But I think there’s more to it than just the denial of reality. I think the endgame is more insidious. I think that Trump kind of knows he is going to lose, but through sheer anger and racism and violence he can change it into a win. After all, he has gotten richer even through bankruptcies and failures, because he manages to convince a nation of dupes that he is actually a great businessman, so people watch his idiot shows and buy his cheap and gaudy products and cash out 401(k)s to take his phony classes and invest in his properties. There are a lot of marks, and he’s a great carny.
So I think there is an element of shifting into the next “victory” here, which is leading a movement of people who think the election was stolen from him. I mean, it makes more sense: should he be a terrible President? Or a the rightful king whose throne was stolen? You think his supporters will ever, ever believe that he lost fair and square, even if it is a rout? Indeed, a rout would make them believe even more that it was stolen, because that’s the way the paranoid work.
So Trump is playing them. He’s been blaming the media for weeks, in a way that is different than normal Republican whining. You could even make the case that, knowing he’s going to lose, he wants to amp up negative coverage so that he can point to his terrible headlines. That could explain why he put a Breitbart guy in charge of a real, actual, Presidential campaign: just heighten his exposure to the worst, so that he can heroically lead a movement after the election was stolen from him. After all, sitting in Trump Tower and starting a media empire for the most angry and gullible is way easiser and more lucrative than being President, a job he’d be very, very bad at.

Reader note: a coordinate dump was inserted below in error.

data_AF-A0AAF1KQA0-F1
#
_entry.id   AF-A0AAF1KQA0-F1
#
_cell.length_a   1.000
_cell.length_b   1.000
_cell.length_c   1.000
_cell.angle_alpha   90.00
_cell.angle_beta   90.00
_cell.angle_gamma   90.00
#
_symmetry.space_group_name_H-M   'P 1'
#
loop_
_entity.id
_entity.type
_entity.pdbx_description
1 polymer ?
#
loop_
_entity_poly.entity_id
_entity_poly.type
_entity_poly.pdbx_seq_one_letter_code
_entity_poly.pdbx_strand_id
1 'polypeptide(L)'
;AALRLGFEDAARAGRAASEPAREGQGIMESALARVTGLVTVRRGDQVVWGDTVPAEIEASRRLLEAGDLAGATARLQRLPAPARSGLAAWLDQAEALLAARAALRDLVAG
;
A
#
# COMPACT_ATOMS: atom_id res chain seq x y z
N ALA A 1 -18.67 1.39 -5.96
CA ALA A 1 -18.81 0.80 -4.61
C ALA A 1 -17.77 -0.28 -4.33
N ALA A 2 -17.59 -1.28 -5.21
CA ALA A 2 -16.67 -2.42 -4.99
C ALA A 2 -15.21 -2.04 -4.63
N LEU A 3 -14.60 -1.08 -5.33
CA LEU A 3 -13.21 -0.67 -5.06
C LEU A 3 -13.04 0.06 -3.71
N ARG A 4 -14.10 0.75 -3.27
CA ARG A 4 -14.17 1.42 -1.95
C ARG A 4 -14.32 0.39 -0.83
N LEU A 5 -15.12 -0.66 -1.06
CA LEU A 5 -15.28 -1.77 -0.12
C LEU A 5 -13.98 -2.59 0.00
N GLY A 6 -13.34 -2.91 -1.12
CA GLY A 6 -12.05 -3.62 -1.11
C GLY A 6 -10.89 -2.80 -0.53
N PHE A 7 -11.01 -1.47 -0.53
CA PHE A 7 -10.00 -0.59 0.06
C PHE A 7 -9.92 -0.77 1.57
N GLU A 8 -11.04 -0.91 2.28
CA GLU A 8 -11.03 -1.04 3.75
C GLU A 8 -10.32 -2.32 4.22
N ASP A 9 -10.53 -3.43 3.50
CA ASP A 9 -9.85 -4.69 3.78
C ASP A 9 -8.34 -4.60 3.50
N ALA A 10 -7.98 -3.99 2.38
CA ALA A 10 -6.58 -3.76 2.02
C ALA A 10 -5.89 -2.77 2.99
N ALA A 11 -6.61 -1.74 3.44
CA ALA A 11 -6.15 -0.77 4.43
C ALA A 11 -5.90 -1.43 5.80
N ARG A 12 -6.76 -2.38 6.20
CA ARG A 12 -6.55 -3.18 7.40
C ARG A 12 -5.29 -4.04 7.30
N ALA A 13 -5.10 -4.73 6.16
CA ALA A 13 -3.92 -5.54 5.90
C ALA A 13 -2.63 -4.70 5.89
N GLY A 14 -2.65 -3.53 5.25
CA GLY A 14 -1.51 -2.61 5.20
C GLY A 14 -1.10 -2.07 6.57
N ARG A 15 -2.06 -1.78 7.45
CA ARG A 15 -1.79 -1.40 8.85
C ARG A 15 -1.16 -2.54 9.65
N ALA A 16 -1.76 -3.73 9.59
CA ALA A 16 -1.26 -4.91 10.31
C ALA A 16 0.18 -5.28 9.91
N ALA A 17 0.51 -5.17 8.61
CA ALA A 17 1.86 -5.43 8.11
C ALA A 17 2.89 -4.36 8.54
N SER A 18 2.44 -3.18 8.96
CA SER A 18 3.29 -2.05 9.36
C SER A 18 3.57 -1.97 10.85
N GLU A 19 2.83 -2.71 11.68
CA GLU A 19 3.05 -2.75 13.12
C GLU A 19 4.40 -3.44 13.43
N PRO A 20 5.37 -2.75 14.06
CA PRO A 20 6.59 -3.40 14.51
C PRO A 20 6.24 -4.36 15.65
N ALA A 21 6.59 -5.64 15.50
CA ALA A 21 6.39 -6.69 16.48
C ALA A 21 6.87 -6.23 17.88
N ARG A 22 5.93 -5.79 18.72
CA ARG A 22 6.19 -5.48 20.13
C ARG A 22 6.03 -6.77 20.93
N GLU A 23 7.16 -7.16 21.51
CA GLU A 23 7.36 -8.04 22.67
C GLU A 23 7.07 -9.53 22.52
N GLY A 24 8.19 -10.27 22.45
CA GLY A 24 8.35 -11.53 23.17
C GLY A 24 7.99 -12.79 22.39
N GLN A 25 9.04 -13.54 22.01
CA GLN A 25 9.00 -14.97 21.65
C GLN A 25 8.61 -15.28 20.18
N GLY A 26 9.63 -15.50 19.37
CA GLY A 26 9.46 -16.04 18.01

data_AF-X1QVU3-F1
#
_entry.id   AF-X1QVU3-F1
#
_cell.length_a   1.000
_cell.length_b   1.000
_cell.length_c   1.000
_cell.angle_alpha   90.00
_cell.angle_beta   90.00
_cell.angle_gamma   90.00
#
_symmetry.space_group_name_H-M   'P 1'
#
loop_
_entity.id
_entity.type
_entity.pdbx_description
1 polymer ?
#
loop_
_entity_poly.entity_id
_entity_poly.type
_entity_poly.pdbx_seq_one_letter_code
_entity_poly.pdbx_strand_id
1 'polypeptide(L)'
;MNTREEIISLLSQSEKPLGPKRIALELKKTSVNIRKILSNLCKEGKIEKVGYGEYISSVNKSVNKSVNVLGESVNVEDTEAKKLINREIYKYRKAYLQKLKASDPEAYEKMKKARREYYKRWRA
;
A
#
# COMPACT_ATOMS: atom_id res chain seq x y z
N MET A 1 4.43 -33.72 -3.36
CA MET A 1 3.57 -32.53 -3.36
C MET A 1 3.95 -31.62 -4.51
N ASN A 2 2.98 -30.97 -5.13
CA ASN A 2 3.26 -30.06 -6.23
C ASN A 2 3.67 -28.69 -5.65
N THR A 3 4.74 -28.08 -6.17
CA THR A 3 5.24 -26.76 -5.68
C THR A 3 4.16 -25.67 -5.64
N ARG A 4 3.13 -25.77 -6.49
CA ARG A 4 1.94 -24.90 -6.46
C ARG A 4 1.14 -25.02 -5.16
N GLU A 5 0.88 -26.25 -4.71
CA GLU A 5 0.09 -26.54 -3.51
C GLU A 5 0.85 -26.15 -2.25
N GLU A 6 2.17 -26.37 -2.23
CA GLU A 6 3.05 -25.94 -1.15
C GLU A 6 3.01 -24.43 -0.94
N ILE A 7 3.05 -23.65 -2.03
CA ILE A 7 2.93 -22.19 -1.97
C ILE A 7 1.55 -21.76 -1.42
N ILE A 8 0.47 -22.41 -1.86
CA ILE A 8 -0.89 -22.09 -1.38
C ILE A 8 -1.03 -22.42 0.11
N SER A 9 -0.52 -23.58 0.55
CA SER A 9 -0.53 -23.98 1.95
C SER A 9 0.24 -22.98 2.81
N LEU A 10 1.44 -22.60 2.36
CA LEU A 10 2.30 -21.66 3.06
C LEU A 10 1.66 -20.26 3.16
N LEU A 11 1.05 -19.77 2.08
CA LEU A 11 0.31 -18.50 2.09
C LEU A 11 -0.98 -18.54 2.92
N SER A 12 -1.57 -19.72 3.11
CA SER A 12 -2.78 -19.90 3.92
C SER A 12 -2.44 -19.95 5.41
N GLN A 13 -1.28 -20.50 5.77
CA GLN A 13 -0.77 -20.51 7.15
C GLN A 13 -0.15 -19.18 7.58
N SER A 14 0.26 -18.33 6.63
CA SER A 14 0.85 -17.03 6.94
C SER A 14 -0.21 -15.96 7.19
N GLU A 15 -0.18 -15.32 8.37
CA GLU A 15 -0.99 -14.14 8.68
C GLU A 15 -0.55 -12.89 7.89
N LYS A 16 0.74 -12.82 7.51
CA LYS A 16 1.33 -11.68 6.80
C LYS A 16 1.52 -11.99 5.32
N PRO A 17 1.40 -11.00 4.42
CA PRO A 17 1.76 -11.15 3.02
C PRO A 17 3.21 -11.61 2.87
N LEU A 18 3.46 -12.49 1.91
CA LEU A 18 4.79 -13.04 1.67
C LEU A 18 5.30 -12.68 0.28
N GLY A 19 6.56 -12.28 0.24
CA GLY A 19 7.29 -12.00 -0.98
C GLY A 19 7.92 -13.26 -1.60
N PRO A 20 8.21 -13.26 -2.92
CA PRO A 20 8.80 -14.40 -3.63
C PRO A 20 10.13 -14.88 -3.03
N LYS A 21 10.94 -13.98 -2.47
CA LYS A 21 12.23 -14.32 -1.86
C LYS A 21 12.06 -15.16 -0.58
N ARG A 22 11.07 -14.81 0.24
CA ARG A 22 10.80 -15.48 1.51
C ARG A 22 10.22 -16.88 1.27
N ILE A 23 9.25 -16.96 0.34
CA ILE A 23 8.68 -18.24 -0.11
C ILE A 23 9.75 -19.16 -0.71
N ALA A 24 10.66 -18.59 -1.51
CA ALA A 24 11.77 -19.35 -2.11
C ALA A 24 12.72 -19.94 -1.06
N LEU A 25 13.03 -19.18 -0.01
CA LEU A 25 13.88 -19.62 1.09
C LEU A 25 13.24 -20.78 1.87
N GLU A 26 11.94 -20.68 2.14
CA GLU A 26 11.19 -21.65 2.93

Now, you can ascribe this to overthinking it. It could just be that 1) he’s a very, very bad politician (which he is!) and 2) that as being a very, very bad politician catches up, he’s insulating himself more in the fabric of unreality, and bringing on people who he thinks will amplify his primary success. I think that’s very possible, and maybe even likely. I err toward buffoon, with Trump.
But he is a canny buffoon who knows how to walk away from massive public failure, and even if this isn’t intentional, even if this unskewing is just the lashing out of a wounded and pretty dimwitted ego, the end result is the same: millions of angry people, extremely angry, who had a leader for once, who spoke to them in the language of white nationalism and bigotry and paranoia, and of vengeful opportunity, and who had his destiny stolen by the liberal media and the radical left and the feminists and gays and Mexicans and the Jews and the internationalist and, especially, the poor and lazy blacks.
The “unskewing” movement, a perfect symbol of epistemic closure, was always dangerous. It also had very dark implications. When in the service of Romney, those implications laid buried, tampered by his realtive unpopularity with the right and his own patrician, gentlemanly demeanor, as well as his ability to accept that he lost. None of that will be the case with Trump. His loss will just be the beginning.